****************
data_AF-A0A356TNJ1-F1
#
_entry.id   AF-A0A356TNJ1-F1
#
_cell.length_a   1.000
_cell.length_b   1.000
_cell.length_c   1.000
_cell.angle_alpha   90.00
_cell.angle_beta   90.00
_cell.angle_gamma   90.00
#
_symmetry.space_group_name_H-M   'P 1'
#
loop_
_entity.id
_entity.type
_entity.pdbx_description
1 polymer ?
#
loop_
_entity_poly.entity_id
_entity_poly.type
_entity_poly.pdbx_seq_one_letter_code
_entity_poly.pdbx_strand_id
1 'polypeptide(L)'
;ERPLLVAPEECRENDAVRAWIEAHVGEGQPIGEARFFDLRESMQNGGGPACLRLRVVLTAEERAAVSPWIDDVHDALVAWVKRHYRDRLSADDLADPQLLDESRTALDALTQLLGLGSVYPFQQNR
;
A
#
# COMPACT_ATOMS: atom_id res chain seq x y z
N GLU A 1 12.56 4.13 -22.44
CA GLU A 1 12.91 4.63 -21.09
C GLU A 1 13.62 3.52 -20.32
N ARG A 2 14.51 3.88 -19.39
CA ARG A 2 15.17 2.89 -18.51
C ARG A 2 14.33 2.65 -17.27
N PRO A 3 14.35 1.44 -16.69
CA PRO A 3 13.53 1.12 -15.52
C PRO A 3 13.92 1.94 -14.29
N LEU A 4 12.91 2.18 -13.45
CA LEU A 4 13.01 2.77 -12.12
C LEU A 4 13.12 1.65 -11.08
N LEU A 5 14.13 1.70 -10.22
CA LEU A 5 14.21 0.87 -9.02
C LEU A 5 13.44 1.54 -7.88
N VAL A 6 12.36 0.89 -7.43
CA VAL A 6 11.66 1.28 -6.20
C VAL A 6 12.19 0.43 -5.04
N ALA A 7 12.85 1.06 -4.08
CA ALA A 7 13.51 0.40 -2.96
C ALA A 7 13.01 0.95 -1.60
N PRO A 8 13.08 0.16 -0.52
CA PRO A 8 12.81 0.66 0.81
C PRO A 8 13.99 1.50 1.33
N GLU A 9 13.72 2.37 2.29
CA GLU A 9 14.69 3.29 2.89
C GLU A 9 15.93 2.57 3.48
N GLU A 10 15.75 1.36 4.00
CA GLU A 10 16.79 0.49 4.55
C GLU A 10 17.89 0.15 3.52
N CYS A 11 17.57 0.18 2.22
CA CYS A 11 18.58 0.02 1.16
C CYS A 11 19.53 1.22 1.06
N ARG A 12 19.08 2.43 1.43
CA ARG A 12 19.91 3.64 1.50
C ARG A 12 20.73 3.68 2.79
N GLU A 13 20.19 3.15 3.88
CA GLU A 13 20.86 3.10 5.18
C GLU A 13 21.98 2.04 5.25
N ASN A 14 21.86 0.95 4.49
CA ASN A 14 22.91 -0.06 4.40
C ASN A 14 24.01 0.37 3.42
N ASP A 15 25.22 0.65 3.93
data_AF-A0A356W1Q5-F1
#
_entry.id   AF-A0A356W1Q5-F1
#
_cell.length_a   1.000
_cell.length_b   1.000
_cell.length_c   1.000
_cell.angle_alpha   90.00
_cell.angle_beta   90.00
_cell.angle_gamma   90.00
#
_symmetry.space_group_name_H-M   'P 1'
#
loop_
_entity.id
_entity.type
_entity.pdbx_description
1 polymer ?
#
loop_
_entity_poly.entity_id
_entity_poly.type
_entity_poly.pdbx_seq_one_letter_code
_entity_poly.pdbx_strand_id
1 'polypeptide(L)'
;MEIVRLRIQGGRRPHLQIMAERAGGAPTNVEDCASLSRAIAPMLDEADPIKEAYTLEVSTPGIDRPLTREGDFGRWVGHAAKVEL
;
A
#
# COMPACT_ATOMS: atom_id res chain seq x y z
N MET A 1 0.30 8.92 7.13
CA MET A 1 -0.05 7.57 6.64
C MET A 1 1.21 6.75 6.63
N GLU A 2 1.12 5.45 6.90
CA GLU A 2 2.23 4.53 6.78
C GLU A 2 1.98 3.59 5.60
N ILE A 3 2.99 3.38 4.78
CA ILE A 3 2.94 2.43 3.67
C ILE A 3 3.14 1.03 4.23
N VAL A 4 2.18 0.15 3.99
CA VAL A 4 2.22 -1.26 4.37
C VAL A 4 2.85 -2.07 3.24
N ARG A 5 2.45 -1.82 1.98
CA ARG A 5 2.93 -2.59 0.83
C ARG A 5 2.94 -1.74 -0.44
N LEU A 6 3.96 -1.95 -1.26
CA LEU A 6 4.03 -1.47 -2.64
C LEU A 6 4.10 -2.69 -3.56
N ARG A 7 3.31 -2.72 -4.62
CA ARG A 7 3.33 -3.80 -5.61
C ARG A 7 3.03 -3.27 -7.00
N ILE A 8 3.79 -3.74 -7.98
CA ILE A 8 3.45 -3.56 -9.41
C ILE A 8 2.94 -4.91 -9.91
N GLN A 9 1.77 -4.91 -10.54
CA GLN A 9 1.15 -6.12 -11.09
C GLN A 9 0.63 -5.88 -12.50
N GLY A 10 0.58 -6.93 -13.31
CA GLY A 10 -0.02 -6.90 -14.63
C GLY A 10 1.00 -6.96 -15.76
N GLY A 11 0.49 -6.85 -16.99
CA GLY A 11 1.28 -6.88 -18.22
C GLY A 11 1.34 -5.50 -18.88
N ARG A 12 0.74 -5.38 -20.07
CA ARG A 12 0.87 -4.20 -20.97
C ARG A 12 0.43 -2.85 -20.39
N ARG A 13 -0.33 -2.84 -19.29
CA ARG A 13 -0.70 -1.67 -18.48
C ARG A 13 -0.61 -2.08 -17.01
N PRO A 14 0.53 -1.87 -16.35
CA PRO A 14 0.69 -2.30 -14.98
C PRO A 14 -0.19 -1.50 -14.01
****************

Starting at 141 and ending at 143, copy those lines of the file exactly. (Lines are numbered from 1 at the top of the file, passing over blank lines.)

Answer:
CA ARG A 13 -0.70 -1.67 -18.48
C ARG A 13 -0.61 -2.08 -17.01
N PRO A 14 0.53 -1.87 -16.35